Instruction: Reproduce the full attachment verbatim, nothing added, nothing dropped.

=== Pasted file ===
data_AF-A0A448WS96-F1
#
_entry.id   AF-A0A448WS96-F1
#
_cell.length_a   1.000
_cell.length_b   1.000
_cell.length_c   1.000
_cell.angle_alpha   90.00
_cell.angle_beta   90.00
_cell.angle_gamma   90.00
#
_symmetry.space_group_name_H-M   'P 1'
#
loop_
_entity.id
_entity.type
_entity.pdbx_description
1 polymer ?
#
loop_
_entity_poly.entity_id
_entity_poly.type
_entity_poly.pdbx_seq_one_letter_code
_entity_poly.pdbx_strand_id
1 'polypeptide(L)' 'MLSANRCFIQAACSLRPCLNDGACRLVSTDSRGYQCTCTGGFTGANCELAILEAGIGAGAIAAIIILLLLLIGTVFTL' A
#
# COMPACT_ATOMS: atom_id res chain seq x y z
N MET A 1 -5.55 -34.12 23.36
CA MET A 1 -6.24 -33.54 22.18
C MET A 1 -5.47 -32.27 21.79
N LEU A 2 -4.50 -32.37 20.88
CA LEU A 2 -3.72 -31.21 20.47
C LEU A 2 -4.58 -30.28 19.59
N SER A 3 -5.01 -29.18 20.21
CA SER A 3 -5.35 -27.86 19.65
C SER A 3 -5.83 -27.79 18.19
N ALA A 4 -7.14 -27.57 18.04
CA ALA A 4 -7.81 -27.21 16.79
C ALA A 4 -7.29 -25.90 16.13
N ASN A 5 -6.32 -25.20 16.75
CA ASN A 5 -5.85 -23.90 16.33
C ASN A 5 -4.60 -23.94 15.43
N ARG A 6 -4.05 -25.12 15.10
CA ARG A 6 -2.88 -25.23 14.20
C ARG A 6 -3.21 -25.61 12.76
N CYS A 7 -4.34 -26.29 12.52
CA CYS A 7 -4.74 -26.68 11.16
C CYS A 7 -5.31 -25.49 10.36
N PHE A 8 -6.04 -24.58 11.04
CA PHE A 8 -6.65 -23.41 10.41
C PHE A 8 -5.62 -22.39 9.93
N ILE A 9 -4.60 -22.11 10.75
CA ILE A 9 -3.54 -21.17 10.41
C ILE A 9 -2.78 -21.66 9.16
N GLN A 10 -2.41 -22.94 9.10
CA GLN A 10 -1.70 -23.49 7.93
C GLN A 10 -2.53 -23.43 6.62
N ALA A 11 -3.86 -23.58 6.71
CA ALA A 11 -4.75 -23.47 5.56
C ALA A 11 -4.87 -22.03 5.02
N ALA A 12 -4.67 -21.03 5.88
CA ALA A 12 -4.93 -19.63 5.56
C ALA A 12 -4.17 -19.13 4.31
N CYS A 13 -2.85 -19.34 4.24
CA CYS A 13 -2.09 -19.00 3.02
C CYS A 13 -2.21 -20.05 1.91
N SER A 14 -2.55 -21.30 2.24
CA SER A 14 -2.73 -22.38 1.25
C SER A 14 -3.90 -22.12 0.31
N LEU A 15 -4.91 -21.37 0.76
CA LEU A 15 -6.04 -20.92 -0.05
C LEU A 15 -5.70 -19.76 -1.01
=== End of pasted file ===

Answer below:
data_AF-A0A448WS96-F1
#
_entry.id   AF-A0A448WS96-F1
#
_cell.length_a   1.000
_cell.length_b   1.000
_cell.length_c   1.000
_cell.angle_alpha   90.00
_cell.angle_beta   90.00
_cell.angle_gamma   90.00
#
_symmetry.space_group_name_H-M   'P 1'
#
loop_
_entity.id
_entity.type
_entity.pdbx_description
1 polymer ?
#
loop_
_entity_poly.entity_id
_entity_poly.type
_entity_poly.pdbx_seq_one_letter_code
_entity_poly.pdbx_strand_id
1 'polypeptide(L)' 'MLSANRCFIQAACSLRPCLNDGACRLVSTDSRGYQCTCTGGFTGANCELAILEAGIGAGAIAAIIILLLLLIGTVFTL' A
#
# COMPACT_ATOMS: atom_id res chain seq x y z
N MET A 1 -5.55 -34.12 23.36
CA MET A 1 -6.24 -33.54 22.18
C MET A 1 -5.47 -32.27 21.79
N LEU A 2 -4.50 -32.37 20.88
CA LEU A 2 -3.72 -31.21 20.47
C LEU A 2 -4.58 -30.28 19.59
N SER A 3 -5.01 -29.18 20.21
CA SER A 3 -5.35 -27.86 19.65
C SER A 3 -5.83 -27.79 18.19
N ALA A 4 -7.14 -27.57 18.04
CA ALA A 4 -7.81 -27.21 16.79
C ALA A 4 -7.29 -25.90 16.13
N ASN A 5 -6.32 -25.20 16.75
CA ASN A 5 -5.85 -23.90 16.33
C ASN A 5 -4.60 -23.94 15.43
N ARG A 6 -4.05 -25.12 15.10
CA ARG A 6 -2.88 -25.23 14.20
C ARG A 6 -3.21 -25.61 12.76
N CYS A 7 -4.34 -26.29 12.52
CA CYS A 7 -4.74 -26.68 11.16
C CYS A 7 -5.31 -25.49 10.36
N PHE A 8 -6.04 -24.58 11.04
CA PHE A 8 -6.65 -23.41 10.41
C PHE A 8 -5.62 -22.39 9.93
N ILE A 9 -4.60 -22.11 10.75
CA ILE A 9 -3.54 -21.17 10.41
C ILE A 9 -2.78 -21.66 9.16
N GLN A 10 -2.41 -22.94 9.10
CA GLN A 10 -1.70 -23.49 7.93
C GLN A 10 -2.53 -23.43 6.62
N ALA A 11 -3.86 -23.58 6.71
CA ALA A 11 -4.75 -23.47 5.56
C ALA A 11 -4.87 -22.03 5.02
N ALA A 12 -4.67 -21.03 5.88
CA ALA A 12 -4.93 -19.63 5.56
C ALA A 12 -4.17 -19.13 4.31
N CYS A 13 -2.85 -19.34 4.24
CA CYS A 13 -2.09 -19.00 3.02
C CYS A 13 -2.21 -20.05 1.91
N SER A 14 -2.55 -21.30 2.24
CA SER A 14 -2.73 -22.38 1.25
C SER A 14 -3.90 -22.12 0.31
N LEU A 15 -4.91 -21.37 0.76
CA LEU A 15 -6.04 -20.92 -0.05
C LEU A 15 -5.70 -19.76 -1.01